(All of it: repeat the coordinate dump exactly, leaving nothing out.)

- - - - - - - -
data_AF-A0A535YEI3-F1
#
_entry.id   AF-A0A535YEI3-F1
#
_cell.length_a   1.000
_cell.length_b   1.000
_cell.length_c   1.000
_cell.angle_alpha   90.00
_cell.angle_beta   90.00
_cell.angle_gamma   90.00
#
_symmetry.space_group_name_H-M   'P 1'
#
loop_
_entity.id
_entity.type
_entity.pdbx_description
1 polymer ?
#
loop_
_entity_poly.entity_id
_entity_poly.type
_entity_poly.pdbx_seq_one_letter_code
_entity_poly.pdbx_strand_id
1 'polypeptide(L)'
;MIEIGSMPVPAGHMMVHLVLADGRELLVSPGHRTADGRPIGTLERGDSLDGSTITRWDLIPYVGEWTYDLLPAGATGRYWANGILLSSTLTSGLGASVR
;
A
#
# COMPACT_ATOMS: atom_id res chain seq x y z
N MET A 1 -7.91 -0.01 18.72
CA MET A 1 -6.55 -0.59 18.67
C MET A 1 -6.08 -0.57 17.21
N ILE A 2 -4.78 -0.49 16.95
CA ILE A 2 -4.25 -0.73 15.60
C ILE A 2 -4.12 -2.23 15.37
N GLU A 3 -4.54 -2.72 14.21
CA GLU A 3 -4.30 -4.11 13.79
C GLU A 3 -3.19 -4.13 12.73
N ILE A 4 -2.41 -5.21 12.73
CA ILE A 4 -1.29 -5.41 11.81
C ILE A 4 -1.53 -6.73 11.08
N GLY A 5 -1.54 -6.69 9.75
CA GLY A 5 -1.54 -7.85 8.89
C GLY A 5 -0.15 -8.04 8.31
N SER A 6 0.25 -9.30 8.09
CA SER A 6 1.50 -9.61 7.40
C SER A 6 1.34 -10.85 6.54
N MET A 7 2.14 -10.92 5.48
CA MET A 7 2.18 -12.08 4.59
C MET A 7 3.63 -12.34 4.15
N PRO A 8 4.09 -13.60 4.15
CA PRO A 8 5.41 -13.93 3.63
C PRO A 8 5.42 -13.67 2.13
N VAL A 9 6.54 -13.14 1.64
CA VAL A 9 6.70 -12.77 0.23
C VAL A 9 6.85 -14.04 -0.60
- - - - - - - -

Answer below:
data_AF-A0A535YEI3-F1
#
_entry.id   AF-A0A535YEI3-F1
#
_cell.length_a   1.000
_cell.length_b   1.000
_cell.length_c   1.000
_cell.angle_alpha   90.00
_cell.angle_beta   90.00
_cell.angle_gamma   90.00
#
_symmetry.space_group_name_H-M   'P 1'
#
loop_
_entity.id
_entity.type
_entity.pdbx_description
1 polymer ?
#
loop_
_entity_poly.entity_id
_entity_poly.type
_entity_poly.pdbx_seq_one_letter_code
_entity_poly.pdbx_strand_id
1 'polypeptide(L)'
;MIEIGSMPVPAGHMMVHLVLADGRELLVSPGHRTADGRPIGTLERGDSLDGSTITRWDLIPYVGEWTYDLLPAGATGRYWANGILLSSTLTSGLGASVR
;
A
#
# COMPACT_ATOMS: atom_id res chain seq x y z
N MET A 1 -7.91 -0.01 18.72
CA MET A 1 -6.55 -0.59 18.67
C MET A 1 -6.08 -0.57 17.21
N ILE A 2 -4.78 -0.49 16.95
CA ILE A 2 -4.25 -0.73 15.60
C ILE A 2 -4.12 -2.23 15.37
N GLU A 3 -4.54 -2.72 14.21
CA GLU A 3 -4.30 -4.11 13.79
C GLU A 3 -3.19 -4.13 12.73
N ILE A 4 -2.41 -5.21 12.73
CA ILE A 4 -1.29 -5.41 11.81
C ILE A 4 -1.53 -6.73 11.08
N GLY A 5 -1.54 -6.69 9.75
CA GLY A 5 -1.54 -7.85 8.89
C GLY A 5 -0.15 -8.04 8.31
N SER A 6 0.25 -9.30 8.09
CA SER A 6 1.50 -9.61 7.40
C SER A 6 1.34 -10.85 6.54
N MET A 7 2.14 -10.92 5.48
CA MET A 7 2.18 -12.08 4.59
C MET A 7 3.63 -12.34 4.15
N PRO A 8 4.09 -13.60 4.15
CA PRO A 8 5.41 -13.93 3.63
C PRO A 8 5.42 -13.67 2.13
N VAL A 9 6.54 -13.14 1.64
CA VAL A 9 6.70 -12.77 0.23
C VAL A 9 6.85 -14.04 -0.60